Welcome to the #booklovefebruary challenge! If you’re coming over from Instagram or Simona’s blog, welcome! We’re super excited to be co-hosting this February challenge together. Here are the daily prompts, along with a few ideas: February TBR: Your To Be Read list for this month—what books do you want to get through in February? Book and Beverage: What’s your favorite drink to sip in February? … Continue reading February Bookstagram Challenge!
Crime and Punishment: What’s the crime, and what’s the punishment? Continue reading Crime and Punishment: What’s the Crime, and What’s the Punishment?
I’m currently on a Russian literature kick—I finished Crime and Punishment this weekend and just started War and Peace via audiobook. There’s so much about classic Russian literature I love, but the names drive me crazy. Each character seems to have five different names, and the narrator changes which name he uses depending on the situation. Multiply this by 30+ characters in each novel, and you’ve got … Continue reading How to Decipher Russian Names
I recently read a blog post over at Fantasy Faction in which Max Freeman argues that the classic literature students have to read in school is boring and often has no character development. He suggests that schools might be better off reading newer, more interesting books such as fantasy and scifi. I like Max’s idea of introducing “new blood” into high school and college reading lists—to a certain degree. With … Continue reading Odysseus Goes to Mordor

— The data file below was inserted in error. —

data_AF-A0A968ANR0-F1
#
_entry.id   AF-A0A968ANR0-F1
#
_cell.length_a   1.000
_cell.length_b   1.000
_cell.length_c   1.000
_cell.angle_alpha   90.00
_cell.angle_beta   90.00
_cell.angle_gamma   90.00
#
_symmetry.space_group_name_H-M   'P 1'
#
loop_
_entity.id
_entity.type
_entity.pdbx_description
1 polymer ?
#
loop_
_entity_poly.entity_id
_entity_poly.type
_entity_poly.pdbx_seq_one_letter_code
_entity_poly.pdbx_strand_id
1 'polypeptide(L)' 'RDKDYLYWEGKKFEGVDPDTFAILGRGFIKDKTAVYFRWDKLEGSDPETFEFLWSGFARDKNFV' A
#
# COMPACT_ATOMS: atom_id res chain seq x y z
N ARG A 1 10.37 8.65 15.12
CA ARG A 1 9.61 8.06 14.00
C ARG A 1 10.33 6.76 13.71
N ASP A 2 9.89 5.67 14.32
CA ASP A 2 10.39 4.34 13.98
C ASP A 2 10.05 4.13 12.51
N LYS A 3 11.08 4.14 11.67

Why is the magical world in The Chronicles of Narnia only accessible to children? Continue reading Why Can’t Adults Enter Narnia?
Victor Hugo’s epic has captured and wrung the hearts of millions since its publication in the 1860s. The time period during which the story takes place was a political roller coaster for France, and Hugo is a master at exploring the implications for every level of society. (See this post.) In honor of Les Misérables, here are ten interesting facts you probably didn’t know: 1. The unabridged … Continue reading Ten Facts You Didn’t Know About Les Miserables
I’m currently on a French literature binge. Having recently finished The Count of Monte Cristo, I started Les Misérables a few weeks ago. While both these stories are worth reading (and re-reading), they’re both very long. I read an abridged version of Les Misérables in high school without realizing it was abridged. Who would expect the abridged version to be 500 pages? And that’s less than half the … Continue reading Your Ancestors Could Have Met Jean Valjean